Should you invest in GM?

By Chris Isidore, senior writer


NEW YORK (CNNMoney.com) -- Will General Motors, the hottest IPO on Wall Street, be a good long-term bet?

The company's initial public offering Thursday is set to be the largest IPO in history, selling about $20 billion in common and preferred shares.

Strong investor demand led the company to increase both the number and price of shares being offered, boosting the overall IPO size from about $13 billion in the last two days.

But the question for investors is whether the century-old behemoth, just 16 months from a federal bailout and bankruptcy reorganization, can achieve the kind of growth that rival Ford has recently.

Ford Motor's stock (F, Fortune 500) has returned 65% since the start of the year -- more than ten times the value of its low point in early 2009.

Ford has been praised for being the only U.S. automaker to avoid a bailout or bankruptcy. It has been gaining U.S. market share with attractive and critically-acclaimed new models.

"Ford has done everything right. They've had the Midas touch the last couple of years," said Peter Bible, head of the public companies division of the accounting firm EisnerAmper, and a former chief accounting officer at GM.

But some experts believe that GM, Ford's larger and better-positioned rival, has the potential to do even better.

Leaner, meaner GM

One thing likely to help both GM and Ford are forecasts for a rebound in U.S. auto sales next year of between 10% and 12%, and continued gains going forward.

But GM is in a better position to take advantage of that growth because its reorganization and new labor contract left it with a leaner cost structure and balance sheet.

Because Ford avoided bankruptcy, it has roughly four times as much debt as GM.

In the third quarter GM posted its biggest profit in 11 years -- nearly $2 billion -- despite weak U.S. car sales that remain well below pre-recession levels.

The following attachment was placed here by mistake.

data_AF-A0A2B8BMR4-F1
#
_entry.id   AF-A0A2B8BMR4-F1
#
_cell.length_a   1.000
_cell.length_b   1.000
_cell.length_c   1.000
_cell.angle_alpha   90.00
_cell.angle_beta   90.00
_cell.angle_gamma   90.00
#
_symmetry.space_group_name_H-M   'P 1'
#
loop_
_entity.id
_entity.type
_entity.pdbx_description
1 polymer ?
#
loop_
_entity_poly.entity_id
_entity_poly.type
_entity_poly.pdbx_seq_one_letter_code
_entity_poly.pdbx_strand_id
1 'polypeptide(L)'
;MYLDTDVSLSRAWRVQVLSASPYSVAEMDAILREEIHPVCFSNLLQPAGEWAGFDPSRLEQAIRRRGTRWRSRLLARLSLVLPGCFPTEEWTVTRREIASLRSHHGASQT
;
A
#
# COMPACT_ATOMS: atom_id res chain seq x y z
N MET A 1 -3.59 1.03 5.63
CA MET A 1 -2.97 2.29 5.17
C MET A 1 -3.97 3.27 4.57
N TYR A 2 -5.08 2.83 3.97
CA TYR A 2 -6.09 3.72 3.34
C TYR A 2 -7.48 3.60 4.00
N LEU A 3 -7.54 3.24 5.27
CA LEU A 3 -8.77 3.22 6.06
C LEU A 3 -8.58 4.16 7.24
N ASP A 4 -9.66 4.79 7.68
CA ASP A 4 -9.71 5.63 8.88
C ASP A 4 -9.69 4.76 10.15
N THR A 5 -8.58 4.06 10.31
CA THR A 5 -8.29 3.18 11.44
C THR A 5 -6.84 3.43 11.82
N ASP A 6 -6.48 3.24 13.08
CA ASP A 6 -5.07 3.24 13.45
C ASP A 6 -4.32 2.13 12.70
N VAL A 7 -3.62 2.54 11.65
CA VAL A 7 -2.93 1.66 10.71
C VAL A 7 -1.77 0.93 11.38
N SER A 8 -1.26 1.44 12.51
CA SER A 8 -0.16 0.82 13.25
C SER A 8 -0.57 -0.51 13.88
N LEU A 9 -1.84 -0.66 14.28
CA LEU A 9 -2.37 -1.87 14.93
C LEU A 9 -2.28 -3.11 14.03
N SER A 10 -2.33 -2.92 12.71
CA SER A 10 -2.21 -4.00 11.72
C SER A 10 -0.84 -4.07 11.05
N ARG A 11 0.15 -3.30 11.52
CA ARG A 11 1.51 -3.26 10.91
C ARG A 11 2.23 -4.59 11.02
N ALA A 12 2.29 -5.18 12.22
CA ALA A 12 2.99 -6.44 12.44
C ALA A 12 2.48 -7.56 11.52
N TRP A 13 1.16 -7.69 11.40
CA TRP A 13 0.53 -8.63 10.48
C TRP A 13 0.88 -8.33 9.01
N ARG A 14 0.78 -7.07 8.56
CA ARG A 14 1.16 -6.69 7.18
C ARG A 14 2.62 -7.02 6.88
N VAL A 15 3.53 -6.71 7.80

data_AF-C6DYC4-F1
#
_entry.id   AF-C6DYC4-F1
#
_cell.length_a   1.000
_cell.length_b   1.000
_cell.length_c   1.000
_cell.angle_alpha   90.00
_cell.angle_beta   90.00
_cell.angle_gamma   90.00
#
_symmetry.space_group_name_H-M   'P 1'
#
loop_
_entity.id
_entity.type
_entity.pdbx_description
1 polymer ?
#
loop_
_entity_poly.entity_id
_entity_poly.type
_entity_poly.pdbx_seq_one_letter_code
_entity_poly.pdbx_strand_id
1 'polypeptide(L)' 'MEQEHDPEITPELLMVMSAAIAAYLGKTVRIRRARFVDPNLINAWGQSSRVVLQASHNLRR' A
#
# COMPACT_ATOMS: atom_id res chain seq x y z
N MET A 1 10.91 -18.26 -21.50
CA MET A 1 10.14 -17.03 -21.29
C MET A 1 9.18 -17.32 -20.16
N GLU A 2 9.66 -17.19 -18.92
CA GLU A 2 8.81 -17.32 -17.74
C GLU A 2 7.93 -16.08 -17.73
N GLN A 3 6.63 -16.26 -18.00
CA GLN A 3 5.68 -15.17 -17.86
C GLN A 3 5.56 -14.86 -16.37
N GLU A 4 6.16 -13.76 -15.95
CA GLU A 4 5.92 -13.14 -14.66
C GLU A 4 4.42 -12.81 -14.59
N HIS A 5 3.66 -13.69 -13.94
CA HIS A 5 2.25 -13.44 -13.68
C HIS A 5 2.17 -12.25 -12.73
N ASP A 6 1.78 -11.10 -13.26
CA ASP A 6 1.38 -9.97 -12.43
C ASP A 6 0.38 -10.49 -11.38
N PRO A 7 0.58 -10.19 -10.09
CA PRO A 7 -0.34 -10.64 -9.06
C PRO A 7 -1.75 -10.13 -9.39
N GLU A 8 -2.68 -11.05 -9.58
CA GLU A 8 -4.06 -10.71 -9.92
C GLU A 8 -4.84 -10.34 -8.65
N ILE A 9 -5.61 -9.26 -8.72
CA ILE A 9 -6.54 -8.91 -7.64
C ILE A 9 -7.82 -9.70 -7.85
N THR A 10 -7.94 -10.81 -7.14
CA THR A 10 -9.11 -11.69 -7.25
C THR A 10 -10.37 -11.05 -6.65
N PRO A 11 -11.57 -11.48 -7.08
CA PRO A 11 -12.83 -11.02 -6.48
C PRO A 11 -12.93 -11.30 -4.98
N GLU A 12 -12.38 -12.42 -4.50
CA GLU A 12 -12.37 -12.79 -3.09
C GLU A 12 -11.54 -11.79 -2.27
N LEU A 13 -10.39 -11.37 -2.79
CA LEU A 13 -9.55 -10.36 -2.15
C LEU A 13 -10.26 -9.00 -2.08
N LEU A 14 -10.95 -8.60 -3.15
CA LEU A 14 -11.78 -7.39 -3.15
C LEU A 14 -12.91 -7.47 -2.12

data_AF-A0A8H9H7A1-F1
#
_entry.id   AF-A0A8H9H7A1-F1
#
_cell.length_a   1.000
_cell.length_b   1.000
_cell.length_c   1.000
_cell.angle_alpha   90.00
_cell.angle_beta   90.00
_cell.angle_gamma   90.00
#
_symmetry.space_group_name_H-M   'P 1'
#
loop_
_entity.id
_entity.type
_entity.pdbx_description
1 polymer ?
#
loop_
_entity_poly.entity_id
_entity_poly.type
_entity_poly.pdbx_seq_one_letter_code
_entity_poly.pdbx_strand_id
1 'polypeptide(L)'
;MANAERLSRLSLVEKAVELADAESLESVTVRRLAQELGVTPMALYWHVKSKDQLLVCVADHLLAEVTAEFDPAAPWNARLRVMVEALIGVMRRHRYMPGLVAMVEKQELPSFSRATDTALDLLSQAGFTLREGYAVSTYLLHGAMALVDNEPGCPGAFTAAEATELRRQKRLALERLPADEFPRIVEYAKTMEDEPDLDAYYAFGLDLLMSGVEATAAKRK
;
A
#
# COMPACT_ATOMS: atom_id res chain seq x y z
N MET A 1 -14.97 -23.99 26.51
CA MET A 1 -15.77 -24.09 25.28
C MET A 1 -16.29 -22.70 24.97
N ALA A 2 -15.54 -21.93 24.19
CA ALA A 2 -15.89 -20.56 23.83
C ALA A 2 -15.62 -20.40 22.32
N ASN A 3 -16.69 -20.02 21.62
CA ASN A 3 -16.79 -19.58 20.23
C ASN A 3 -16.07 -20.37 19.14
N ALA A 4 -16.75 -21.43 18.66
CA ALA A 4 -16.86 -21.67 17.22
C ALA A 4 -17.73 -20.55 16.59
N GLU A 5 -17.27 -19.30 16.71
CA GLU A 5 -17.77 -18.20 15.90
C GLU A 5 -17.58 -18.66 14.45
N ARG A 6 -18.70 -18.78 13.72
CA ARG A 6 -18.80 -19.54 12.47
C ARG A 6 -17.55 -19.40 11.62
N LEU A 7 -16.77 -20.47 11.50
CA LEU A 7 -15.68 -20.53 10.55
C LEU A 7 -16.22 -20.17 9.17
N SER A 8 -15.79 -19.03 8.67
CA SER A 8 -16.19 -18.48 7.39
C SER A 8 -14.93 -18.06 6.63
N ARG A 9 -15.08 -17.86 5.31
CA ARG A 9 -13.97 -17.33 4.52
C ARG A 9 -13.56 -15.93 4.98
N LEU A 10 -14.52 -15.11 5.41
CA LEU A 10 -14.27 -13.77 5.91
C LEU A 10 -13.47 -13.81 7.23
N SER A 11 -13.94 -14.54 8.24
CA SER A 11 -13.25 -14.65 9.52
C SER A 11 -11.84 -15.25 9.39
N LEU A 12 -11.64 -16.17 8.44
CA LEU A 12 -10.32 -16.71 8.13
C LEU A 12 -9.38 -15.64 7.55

Its profit even topped that of Ford in the quarter, although the company cautioned it would report significantly thinner margins in the fourth quarter.

But if domestic auto sales start to come back, GM is positioned to reap the benefits.

"The structural cost reduction has been truly amazing," said David Cole, the chairman of the Center for Automotive Research, a Michigan think tank. "You're going to see profits we have not seen before."

Institutional investors have been bullish enough on the stock to lead GM to raise its price target for the offering, to between $32 to $33 a share from its original estimate of $26 to $29.

Kirk Ludtke of CRT Capital, one of the few to give an estimate for GM stock, sees it hitting $45 a share within six months, which would work out to about a 72% annual return from even the upper end of the IPO price range.

International appeal

GM has another edge over its U.S. rivals -- strong overseas demand, especially in China, which is now the world's largest market for auto sales.

That could translate into both better sales and stronger stock prices as overseas investors eye GM shares. GM's Chinese partner SAIC Motor, is weighing whether to buy a minority equity stake in GM.

"They're in position to attract that investment because of their position overseas," said Rebecca Lindland, director of strategic review of IHS Automotive.

And Ford's success of the last year has meant that its stock has become awfully pricey, especially compared to GM's IPO target price. Ford closed Tuesday at $16.51, close to the consensus 12-month target price of $18 according to analysts surveyed by Thomson-Reuters.

A lower price-to-earnings ratio for GM shares, about 11.5 based on the annualized earnings so far this year, compared to 20 at Ford and 18 at Toyota, could make it very attractive to investors, said Francis Gaskins of IPOdesktop.com.

But Gaskins cautions investors against jumping into GM stock too early. GM won't be able to pay a dividend until it gets rid of its government ownership stake, which could take years, Gaskins warned.

And he said many institutional investors still aren't convinced that GM has changed the corporate culture that got it into trouble in the first place, despite improvements in its cost structure.

"There are a lot of people on Wall Street who won't touch it. It's a question of whether the leopard has changed its spots -- is it the same old company that went downhill for years?" To top of page

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